Getting Your Teen to Creditworthiness
Every year nearly 10 million adults will default on their credit cards. Will your child eventually be one of them? Your teen will eventually get their own credit card; why not give them the foundation for responsibly managing their credit?
For most of their lives teens are exposed to the wonderful magic of plastic money. They see us pulling credit cards out of our wallets and swiping them every day and they give it no thought, except that it can buy wonderful things. There probably isn’t a parent on the planet who hasn’t heard the following exchange:
Teen: “Mom, I need some money to go to the store.”
Parent: “Sorry, I don’t have any money for you to buy new shoes.”
Teen: “Why can’t I just use your credit card?”
Of course, you can’t fault your teen. That’s all they know. It’s also why you need to start teaching your teen about credit and how it works before they go off on their own. They will get a credit card at some point and, unless they’ve been tutored in the basic principles of financial responsibility, they may find themselves on an early path to financial ruin. The time to teach your teen financial responsibility is not when they think they’re ready for a credit card; but well before then in order to build the proper foundation for handling credit. Here’s how to lay the foundation for the proper use of credit:
Set up a Bank Account
The first personal finance tool you can introduce to your teen is a bank checking and savings account. As soon as your teen begins receiving a steady allowance or earnings from a summer or weekend job, you should take them to the bank to open an account. For minors, an account can be opened under your main account, but it will be in the name of your child. They’ll receive a checkbook and a debit card with their name on it. That’s when things begin to get real. They need to get the full sense of taking their money to the bank and depositing it in their account. They’ll be able to access their account online to track activity (as will you).
The debit card will allow them to get the feel of using plastic (it’s also a safer way to carry money). This is also a great way to encourage your teen to save a portion of their earnings because they can simply transfer funds from checking to savings online. You should sit with your teen at least once a month to review their account and their spending, and talk about budgeting and spending goals.
Secured Credit Cards
When your teen turns eighteen, you can help them obtain a secured credit card. Secured credit cards are just like regular credits cards except the credit is established by depositing money in a savings account. The savings account balance becomes their credit limit. It’s up to you whether you want to supply the initial line of credit, or have your teen use his or her own savings (might be a good incentive to for your teen to save). The card, which is issued as a Visa or MasterCard, is accepted wherever credit cards are accepted. When it is used, your teen will need to make the payments and interest charges are applied if the balance is not paid in full each month. The real value in obtaining a secured credit card is that, in most cases, the payments are reported to the credit bureaus which allows your teen to begin building a credit history (you need to check with the issuing bank to confirm that they do report payments). When your teen demonstrates responsible use of a secured credit card, he or she may be ready to graduate to the real deal.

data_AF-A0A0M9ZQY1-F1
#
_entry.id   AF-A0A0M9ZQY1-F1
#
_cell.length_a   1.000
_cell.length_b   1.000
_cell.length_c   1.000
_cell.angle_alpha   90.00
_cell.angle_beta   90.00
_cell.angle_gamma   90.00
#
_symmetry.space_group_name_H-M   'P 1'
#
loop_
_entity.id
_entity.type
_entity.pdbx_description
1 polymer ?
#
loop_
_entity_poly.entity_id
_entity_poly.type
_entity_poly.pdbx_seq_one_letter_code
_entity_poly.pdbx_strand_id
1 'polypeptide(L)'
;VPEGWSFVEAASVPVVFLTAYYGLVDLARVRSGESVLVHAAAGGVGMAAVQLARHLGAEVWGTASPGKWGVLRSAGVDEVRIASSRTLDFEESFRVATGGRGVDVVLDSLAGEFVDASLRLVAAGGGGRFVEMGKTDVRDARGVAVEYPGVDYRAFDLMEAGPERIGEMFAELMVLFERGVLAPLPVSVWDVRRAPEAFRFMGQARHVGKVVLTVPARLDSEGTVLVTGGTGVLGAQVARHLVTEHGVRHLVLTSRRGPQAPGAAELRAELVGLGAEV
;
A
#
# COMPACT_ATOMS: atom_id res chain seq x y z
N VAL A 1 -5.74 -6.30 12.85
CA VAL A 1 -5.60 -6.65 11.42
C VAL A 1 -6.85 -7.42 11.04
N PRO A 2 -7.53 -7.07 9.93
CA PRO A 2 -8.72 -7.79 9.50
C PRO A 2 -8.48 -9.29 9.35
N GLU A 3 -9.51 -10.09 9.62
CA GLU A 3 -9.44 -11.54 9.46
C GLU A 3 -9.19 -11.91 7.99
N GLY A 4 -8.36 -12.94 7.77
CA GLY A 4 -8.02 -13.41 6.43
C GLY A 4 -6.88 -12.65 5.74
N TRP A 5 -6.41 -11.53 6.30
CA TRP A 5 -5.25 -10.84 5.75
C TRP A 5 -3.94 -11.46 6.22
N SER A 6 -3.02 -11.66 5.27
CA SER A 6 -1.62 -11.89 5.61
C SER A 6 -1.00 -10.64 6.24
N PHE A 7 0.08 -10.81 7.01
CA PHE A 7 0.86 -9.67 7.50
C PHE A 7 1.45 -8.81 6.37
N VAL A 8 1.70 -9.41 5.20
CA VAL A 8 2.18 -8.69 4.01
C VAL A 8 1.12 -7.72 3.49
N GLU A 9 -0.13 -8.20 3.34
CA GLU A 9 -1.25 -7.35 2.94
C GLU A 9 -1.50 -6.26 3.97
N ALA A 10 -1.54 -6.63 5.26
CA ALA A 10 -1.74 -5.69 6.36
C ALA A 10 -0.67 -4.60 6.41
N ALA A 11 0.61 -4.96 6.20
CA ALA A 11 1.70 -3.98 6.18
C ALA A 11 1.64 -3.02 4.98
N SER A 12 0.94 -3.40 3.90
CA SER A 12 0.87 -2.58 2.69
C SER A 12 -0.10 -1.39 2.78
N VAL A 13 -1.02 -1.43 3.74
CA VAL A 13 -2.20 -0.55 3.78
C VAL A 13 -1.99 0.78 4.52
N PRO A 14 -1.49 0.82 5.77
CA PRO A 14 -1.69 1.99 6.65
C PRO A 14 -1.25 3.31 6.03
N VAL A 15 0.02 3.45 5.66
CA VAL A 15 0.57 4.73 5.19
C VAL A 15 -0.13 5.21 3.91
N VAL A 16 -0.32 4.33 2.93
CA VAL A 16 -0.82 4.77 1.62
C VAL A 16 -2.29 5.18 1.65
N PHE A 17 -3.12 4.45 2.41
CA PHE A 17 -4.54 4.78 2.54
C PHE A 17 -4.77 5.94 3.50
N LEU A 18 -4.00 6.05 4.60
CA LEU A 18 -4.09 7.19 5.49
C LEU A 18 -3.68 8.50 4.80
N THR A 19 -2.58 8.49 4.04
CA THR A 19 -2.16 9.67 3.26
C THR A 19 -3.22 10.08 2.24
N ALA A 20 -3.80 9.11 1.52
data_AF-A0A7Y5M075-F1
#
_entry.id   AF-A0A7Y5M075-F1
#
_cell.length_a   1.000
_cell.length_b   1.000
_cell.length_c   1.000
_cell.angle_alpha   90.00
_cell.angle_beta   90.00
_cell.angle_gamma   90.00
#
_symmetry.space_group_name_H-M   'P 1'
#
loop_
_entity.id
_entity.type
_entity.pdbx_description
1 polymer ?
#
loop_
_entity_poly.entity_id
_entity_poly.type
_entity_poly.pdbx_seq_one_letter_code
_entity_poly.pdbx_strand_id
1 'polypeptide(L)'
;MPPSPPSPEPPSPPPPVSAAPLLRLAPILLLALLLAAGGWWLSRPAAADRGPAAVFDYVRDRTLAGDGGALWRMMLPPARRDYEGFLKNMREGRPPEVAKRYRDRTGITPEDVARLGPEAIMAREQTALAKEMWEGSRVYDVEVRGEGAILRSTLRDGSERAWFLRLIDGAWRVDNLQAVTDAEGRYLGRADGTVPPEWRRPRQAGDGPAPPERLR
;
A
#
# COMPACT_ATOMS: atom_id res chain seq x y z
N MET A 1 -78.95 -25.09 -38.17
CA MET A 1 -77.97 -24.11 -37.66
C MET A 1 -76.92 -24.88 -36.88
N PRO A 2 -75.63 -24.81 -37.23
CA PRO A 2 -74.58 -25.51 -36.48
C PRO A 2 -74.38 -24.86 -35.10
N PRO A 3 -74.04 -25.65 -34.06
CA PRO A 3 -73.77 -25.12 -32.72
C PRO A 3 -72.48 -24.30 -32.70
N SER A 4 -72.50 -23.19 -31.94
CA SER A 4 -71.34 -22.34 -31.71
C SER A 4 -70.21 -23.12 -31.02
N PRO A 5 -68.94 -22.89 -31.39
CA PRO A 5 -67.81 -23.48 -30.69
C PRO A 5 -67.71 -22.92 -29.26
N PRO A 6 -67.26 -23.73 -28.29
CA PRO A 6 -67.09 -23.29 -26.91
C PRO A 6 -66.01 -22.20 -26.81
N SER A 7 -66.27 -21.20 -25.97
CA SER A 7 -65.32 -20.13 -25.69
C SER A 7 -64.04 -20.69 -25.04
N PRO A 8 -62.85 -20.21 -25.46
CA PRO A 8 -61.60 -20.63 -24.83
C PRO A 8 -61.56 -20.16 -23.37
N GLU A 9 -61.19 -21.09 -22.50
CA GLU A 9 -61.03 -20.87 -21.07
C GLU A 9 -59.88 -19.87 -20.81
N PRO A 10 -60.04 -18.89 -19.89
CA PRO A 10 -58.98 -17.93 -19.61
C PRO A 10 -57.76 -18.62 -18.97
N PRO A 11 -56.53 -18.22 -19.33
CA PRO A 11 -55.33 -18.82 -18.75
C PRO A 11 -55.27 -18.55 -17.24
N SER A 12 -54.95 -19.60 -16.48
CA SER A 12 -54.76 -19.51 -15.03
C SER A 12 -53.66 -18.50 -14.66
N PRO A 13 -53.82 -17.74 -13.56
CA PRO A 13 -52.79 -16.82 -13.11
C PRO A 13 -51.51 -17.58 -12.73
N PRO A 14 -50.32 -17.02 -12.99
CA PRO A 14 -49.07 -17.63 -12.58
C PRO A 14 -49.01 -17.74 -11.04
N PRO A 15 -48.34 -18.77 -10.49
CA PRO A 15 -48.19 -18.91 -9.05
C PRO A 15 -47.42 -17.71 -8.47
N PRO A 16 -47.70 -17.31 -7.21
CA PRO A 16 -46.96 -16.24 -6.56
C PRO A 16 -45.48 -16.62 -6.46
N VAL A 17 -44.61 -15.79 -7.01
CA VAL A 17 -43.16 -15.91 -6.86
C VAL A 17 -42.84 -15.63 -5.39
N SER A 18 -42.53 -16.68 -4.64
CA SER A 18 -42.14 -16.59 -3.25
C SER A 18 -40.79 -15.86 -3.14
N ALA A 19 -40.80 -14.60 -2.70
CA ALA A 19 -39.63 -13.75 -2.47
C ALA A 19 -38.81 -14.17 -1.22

Authorized User Account
Generally, anyone age 18 or over can apply for a credit card; however, if you are under 21 you must be able to show financial responsibility based on having a certain amount of personal income and assets. An 18 year-old can obtain a credit card as an authorized user on a parent’s account. You can simply add your teen as a user and he will be issued a separate card with his name on it. Your bank will provide a separate accounting of charges and payments which can be made directly by your teen. The big issue to consider is that you will be financially liable for your teens account balance. This is like a credit card with training wheels, providing your teen with real world opportunity to use and manage real credit; it’s just that it is really your credit. You need to check with your card issuer to see if they report the payments separately to the credit bureaus.
Take them to Bankruptcy Court
Some parents will haul their children down to the county jail or juvenile hall to give them a taste of real world consequences of running afoul of the law. It actually can be very effective; so why not take your teen to a bankruptcy court proceeding so they can view, firsthand, the consequences of mismanaging credit? It may be a stretch, but to see actual adults giving up their financial lives in a court of law may leave a lasting impression.
At age 21, your child will be able to apply for a credit card, and you can only hope you’ve built a solid foundation for his or her use of credit, because, at that point, he or she will be on their own. The advantage you have working for you is that most teens are desperate to be treated like adults, so they should be willing students. You need to catch them early, and introduce as many lessons and tools as possible at a time when money becomes a big issue for them. You really only have one shot at instilling sound money habits with your children, and of you can help them become credit worthy along the way, they will (eventually) appreciate it.